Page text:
Although considered to be a smaller, toned-down version of the Razer Viper, this super-light and affordable mouse still packs a punch. With performance on par with mice twice its price, coupled with Synapse 3 and Chroma lightning support, the Razer Viper Mini is one of the best branded options in this price range.
Razer Viper Mini design
Measuring 4.7 x 2.1 x 1.5 inches, the Razer Viper Mini doesn’t sound much smaller than your average size mouse, on paper at least. When first held in hand, palm grip owners will need some time to adjust to the mouse’s size, however, claw grip users won’t find much problems. Once the grip has been set, the Razer Viper Mini is a pretty comfortable mouse to use.
The total number of buttons have been reduced to six and the DPI button has been repositioned to a more convenient place, right between the mouse buttons. As the Viper Mini lacks the rubber grips that came on the original, it can feel a little slippery in hand. However, Razer also brought the pure PTFE glide feet from the Viper Ultimate so there’s no compromise on mouse speed.
|Sensor Model||PixArt 3359|
|Polling Rate||1,000 Hz (1ms)|
|LED Zones||2 programmable RGB zones|
|Cable Length||6.5 feet (2m)|
|Measurements (LxWxH)||4.66 x 2.11 x 1.51 inches (118.3 x 53.5 x 38.3mm)|
|Weight||0.13 pounds (61g)|
Despite the Razer Viper Mini having lower specs than the original Viper, it still performs very well. People with smaller hands won’t have much problems gripping the mouse, regardless of a claw or palm grip and the 100% PTFE translates very nicely when playing competitive games.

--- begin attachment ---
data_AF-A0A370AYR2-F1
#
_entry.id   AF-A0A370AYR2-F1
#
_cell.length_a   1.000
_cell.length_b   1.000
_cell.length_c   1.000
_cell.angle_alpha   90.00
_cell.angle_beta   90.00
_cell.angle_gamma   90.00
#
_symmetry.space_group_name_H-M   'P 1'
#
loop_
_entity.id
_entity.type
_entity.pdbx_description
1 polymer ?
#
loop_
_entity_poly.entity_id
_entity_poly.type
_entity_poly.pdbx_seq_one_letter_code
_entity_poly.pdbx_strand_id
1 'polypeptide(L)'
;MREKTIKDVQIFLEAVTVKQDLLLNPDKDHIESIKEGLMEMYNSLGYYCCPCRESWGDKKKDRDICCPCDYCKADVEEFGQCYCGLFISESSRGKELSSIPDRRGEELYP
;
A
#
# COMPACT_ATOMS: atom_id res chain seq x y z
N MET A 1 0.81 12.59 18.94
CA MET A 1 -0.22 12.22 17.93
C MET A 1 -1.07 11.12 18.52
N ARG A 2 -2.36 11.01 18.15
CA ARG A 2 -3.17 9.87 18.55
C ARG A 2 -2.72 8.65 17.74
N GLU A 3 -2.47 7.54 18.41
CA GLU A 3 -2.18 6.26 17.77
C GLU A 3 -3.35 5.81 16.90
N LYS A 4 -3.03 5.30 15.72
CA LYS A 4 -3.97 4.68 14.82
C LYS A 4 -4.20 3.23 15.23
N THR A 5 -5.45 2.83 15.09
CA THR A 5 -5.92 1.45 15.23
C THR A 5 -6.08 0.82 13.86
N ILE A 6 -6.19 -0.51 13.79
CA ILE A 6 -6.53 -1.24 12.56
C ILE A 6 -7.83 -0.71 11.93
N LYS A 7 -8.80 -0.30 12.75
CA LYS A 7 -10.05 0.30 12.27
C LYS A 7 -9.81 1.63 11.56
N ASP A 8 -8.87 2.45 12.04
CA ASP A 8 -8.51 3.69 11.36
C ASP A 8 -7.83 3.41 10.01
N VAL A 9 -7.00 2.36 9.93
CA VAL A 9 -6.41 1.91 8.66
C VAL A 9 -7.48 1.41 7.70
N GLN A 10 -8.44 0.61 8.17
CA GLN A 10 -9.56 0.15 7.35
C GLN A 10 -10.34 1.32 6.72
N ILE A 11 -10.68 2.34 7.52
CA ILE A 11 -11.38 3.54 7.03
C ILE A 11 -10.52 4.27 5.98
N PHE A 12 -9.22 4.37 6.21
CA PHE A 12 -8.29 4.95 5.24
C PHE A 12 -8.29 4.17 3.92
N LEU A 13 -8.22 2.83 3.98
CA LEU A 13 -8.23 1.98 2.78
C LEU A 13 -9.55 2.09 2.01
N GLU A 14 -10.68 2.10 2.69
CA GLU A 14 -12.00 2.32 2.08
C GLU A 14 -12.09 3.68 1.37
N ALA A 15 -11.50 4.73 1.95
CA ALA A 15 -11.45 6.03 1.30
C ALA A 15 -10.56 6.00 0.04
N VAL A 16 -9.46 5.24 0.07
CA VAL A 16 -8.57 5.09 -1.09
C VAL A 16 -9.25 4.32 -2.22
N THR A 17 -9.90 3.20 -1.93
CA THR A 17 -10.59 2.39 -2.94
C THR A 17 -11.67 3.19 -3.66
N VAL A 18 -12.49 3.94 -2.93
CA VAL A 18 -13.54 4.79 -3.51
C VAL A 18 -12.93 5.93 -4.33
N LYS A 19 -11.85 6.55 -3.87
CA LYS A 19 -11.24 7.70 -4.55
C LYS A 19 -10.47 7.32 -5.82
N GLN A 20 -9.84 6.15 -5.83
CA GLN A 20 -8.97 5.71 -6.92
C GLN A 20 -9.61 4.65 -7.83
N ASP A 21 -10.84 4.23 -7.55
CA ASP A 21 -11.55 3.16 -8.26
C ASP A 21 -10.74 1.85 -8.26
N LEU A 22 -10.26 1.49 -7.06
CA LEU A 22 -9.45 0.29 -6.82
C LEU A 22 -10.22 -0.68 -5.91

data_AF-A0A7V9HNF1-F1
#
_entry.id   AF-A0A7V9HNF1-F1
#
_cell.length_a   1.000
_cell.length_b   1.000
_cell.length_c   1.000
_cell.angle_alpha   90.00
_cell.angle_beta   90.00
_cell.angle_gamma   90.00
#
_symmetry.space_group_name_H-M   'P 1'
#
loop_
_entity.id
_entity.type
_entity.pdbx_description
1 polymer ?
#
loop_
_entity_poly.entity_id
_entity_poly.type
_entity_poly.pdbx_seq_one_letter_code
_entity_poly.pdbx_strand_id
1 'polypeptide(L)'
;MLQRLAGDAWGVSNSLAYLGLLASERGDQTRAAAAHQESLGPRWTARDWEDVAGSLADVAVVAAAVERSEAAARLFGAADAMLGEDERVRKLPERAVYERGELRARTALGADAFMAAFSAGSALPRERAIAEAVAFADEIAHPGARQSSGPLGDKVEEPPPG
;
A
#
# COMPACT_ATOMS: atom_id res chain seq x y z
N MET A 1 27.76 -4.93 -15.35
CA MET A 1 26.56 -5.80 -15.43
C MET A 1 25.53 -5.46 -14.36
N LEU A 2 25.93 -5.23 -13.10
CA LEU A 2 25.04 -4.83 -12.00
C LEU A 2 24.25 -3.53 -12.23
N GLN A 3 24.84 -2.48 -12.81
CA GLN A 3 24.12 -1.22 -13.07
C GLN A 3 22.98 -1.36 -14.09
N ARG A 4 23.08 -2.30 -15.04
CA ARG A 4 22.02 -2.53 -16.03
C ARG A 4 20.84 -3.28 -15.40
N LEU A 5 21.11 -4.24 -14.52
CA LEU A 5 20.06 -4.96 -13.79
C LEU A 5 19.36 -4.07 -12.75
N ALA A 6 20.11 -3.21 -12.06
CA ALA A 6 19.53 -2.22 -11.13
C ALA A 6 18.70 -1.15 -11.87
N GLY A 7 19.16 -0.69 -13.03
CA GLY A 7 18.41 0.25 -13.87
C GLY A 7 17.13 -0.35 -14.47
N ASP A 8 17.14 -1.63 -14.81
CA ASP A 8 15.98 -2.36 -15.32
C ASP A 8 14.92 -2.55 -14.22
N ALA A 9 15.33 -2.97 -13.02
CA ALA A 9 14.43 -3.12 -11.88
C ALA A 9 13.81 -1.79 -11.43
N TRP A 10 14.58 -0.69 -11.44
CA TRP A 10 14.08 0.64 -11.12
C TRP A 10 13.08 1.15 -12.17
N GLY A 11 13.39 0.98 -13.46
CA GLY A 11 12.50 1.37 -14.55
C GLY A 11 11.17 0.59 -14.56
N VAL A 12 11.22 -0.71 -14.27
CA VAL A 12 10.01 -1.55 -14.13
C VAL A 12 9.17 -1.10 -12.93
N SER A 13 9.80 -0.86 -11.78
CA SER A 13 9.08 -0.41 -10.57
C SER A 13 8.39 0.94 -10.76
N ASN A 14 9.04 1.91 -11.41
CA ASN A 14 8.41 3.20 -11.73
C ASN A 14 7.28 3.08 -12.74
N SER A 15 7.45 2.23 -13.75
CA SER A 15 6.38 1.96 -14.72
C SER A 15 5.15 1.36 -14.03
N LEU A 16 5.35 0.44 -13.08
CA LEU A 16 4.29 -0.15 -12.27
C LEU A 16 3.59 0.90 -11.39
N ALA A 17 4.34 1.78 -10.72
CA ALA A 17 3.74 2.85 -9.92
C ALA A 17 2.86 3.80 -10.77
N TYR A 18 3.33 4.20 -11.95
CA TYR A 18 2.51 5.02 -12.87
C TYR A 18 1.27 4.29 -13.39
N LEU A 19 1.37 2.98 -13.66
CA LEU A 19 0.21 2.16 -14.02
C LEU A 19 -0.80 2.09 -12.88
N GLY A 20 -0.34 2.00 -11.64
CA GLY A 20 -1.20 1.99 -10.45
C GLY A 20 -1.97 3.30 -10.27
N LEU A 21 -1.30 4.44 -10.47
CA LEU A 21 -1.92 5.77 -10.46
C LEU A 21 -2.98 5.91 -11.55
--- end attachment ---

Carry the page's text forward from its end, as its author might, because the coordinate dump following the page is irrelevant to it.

When it comes to responsiveness, the Razer Viper Mini does not offer a DPI of 16,000 which most competitive mice have, however, the 8,500 DPI should be enough for most gamers out there. The mouse still feels responsive enough and unless this needs to be used in an Esports tournament, the Razer Viper Mini will perform just fine.
Infrared Beam clicks
The Viper Mini uses an infrared beam to register clicks, which not only gives an amazing 0.2-millisecond response time but also helps the mouse to last longer as there is no physical contact. This also solves the issue of ‘double-clicking’ which plagues most mice after some period of usage.
Apart from these hardware benefits, the clicks are satisfying to use as they produce a crisp click sound when they are pressed. This satisfaction also carries on to the DPI and side buttons.
Software and lights
The Razer Viper Mini does not disappoint when it comes to lightning. Similar to the Razer Viper, the Mini version retains the Chroma RGB logo from the original. However, there’s an extra lighting zone on this mouse, an RGB strip underneath. The lighting is sharp and can be either set through the default presets or by selecting a color from the 16.8 million color spectrum.
Software remains pretty standard with little to no changes. Razer Synapse can be used to customize DPI from 100 to 8500 and buttons can be remapped to perform specific tasks. One cool feature with the Razer Viper Mini is that it comes with onboard storage, allowing the user to retain the mouse’s settings even when plugged into a different pc.
The cable is lightweight and flexible, giving users the closest feeling of using a wireless mouse without the actual thing. Any sort of bungee would be pointless with the Razer Viper Mini as the cable itself is light and moves freely. Reviewers have compared the cable close to those one would find on the Cooler Master’s Ultraweave or the Glorious PC Gaming Race’s proprietary cables.
All in all, the Razer Viper Mini does leave behind a few features when compared to it’s bigger sibling, and does require some getting used to for large hands. However, the price it comes at along with the quality it offers, makes it nothing short of a blessing for budget gamers. You can buy the Razer Viper Mini here.